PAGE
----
(I’m writing this post in response to one of many great points made on this blog by a commenter a few days back)
Years ago, when the danseur reigned supreme, I remember reading a book that stated something to the effect that until the danseurs rescued ballet, it was in danger of degenerating into a girlie show — especially the Paris Opera, which was allegedly rescued by Rudolph Nureyev.
The whole thing was so sexist that these days, it might not go unnoticed. But back in the day, such thinking was okay. I’ve also read that during the periods when male dancers reign, ballet gains in popularity and profitability. Of course. Damn women, ruining everything.
And then, of course, there was Balanchine with his breathtaking statement that “ballet is woman.” Sounds marvelously feminist until you consider the rest of the statement (or at least enough of it to get the gist of what he really meant), “it’s all she has…”
It’s true that ballerinas really have a problem becoming household names. The only one I can think of offhand that everyone has heard of is Anna Pavlova. Among the men, it’s a bit different: Nijinsky, Baryshnikov, Nureyev. And of course in Russia, it’s another story entirely. They have entire lists of both male and female dancers of whom everyone has heard. But it’s not so in most of the rest of the world.
I have questions, however, about male supremacy in ballet (outside of the fame part). Ballet has never really been profitable or universally popular outside of Russia, so there goes that argument. But the argument that remains is the “girlie show” thing.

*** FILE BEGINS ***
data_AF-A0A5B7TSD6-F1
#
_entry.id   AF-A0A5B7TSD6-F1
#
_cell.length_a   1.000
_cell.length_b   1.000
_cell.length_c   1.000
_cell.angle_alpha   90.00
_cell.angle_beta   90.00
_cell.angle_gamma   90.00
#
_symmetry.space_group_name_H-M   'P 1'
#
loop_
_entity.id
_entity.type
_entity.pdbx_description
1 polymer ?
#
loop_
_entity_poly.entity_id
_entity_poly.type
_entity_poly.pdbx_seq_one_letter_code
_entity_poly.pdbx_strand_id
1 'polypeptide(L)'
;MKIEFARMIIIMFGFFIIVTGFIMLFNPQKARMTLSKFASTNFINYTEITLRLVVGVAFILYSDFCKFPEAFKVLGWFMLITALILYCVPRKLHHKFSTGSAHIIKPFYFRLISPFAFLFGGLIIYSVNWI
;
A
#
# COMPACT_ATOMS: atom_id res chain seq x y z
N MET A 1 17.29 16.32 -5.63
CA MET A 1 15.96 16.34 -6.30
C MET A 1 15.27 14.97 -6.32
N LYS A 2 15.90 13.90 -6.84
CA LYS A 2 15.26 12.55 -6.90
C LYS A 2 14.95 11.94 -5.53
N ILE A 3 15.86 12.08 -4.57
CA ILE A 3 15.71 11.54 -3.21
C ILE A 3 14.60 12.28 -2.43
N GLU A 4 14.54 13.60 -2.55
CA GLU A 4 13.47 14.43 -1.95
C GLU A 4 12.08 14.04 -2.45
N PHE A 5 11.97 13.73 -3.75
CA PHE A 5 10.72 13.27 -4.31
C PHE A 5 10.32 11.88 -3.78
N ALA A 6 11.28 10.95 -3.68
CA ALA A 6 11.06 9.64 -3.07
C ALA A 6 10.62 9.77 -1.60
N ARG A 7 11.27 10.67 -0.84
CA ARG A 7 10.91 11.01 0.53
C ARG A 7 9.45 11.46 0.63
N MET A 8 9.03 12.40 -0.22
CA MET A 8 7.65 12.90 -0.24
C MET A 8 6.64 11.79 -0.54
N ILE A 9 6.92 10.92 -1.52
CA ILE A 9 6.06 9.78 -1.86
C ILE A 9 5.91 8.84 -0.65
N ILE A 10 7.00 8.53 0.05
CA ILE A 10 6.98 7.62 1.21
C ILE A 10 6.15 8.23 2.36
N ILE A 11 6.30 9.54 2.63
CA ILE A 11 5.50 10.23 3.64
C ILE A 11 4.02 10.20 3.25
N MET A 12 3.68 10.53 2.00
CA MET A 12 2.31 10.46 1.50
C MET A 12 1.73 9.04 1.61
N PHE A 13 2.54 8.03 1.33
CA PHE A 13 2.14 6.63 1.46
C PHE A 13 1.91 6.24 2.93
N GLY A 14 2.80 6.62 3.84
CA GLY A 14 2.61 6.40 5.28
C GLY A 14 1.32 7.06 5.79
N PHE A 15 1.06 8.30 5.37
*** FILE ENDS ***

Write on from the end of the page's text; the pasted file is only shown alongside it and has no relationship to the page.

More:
As I mentioned, most ballerinas toil in a strange, nameless alternate universe. Only a precious few spectators know what they are looking at — the great dancers from the good and the merely competent. Our commentator said that the only knowledgeable ballet fans are those who have a long memory of seeing it in the theater. I’d like to add to their number those of us who have studied ballet, however unsuccessfully.
That is to say, as the commenter pointed out, that when ballet appears on television or on film, it loses something. On film, it usually loses common sense (as in Black Swan). On TV…well, it’s like the reality genre: you have to add something to get it to look flashy and suitable for mass consumption by people who know nothing about it. And that’s where we get to the “girlie” problem.
I recently read some Russian gossip that our old friend Volochkova was spotted sunbathing in the nude on some fashionable beach somewhere. You might say, well hell yes — Volochkova. Cheap is all she has left. But that’s just the thing: her beautiful face is caked in strange makeup that looks as if it’s radioactive, it glows so eerily. She has a goddess figure. But she has nothing else. She used to wanna be a ballerina, so the song goes. But now she’s a Las Vegas show girl. She is a girlie dancer.
Goes over well on television, obviously, but it’s not what a real ballerina has. And who is that real ballerina? Well, let’s take my current favorite, Evgenia Obraztsova. She is at least as beautiful (in a more natural way) as Volochkova. Perhaps she doesn’t have the Hollywood starlet figure, but she has the perfect ballet body to compensate. She has appeared as an actress, but not in a film that many people have heard of outside of Europe. And she has intelligence, taste and style on top of her sterling training. We won’t even mention her talent, since she obviously has almost too much to fit into one tiny body (and judging from what I’ve read, her lack of height is what has kept her from her ultimate promotion at the Kirov).